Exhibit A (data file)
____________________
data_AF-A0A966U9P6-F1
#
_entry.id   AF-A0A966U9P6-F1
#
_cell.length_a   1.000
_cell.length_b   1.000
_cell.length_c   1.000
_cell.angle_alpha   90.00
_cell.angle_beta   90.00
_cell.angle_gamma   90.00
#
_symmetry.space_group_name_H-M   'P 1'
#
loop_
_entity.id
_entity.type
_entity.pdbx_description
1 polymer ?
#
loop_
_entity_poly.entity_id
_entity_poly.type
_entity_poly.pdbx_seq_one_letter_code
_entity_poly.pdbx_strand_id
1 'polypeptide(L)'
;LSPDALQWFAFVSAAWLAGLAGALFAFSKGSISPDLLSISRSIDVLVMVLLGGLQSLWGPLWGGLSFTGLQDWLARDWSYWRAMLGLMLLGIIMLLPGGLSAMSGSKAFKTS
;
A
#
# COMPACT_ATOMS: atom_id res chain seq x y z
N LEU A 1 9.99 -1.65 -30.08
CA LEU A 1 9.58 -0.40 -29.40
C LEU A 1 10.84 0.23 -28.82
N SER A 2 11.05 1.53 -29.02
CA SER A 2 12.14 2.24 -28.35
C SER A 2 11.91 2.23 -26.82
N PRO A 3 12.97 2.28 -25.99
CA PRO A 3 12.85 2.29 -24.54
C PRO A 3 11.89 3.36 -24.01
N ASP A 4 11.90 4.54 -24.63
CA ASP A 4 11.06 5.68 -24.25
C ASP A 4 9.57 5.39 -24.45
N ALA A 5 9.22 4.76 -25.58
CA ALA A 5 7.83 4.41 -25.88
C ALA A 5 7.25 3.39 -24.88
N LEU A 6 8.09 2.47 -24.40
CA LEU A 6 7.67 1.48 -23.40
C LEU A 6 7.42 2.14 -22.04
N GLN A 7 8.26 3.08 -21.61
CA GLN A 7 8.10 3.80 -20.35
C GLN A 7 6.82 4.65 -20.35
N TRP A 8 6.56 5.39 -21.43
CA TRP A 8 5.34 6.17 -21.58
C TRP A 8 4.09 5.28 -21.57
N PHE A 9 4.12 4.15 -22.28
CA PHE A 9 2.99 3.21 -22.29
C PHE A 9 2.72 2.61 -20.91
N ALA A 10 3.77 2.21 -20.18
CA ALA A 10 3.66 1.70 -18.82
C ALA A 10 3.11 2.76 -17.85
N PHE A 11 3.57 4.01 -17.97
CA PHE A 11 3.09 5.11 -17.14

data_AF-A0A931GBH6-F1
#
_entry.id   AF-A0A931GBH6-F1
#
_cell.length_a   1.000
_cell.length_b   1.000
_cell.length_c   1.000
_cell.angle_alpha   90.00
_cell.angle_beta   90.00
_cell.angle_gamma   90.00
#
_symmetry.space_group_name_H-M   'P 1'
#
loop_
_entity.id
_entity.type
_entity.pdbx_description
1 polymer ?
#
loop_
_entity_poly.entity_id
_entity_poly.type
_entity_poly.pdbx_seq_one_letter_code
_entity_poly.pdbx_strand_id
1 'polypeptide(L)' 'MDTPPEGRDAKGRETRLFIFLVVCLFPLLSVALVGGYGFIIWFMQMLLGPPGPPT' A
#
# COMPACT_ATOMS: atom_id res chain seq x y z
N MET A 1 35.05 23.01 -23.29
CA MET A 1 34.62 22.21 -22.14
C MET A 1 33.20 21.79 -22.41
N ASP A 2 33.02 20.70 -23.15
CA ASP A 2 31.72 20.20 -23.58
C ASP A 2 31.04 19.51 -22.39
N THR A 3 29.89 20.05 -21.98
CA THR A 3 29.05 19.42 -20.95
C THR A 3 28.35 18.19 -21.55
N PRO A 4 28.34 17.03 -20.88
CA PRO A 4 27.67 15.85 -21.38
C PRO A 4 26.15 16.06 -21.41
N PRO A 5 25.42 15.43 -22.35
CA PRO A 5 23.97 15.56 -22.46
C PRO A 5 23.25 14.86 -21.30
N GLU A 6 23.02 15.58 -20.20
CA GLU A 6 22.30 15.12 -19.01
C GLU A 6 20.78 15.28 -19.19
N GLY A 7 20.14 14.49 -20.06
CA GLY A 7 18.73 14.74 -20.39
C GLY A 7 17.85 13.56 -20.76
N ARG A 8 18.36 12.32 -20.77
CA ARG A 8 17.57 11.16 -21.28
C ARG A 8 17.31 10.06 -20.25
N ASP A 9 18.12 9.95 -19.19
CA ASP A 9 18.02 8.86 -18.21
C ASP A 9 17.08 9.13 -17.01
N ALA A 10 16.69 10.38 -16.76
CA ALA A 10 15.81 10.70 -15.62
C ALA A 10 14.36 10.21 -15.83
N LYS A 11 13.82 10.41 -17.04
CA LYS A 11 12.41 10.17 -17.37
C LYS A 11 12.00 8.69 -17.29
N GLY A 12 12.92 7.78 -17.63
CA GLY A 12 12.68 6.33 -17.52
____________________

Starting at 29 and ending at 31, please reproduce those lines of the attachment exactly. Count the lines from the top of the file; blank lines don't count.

#
# COMPACT_ATOMS: atom_id res chain seq x y z
N LEU A 1 9.99 -1.65 -30.08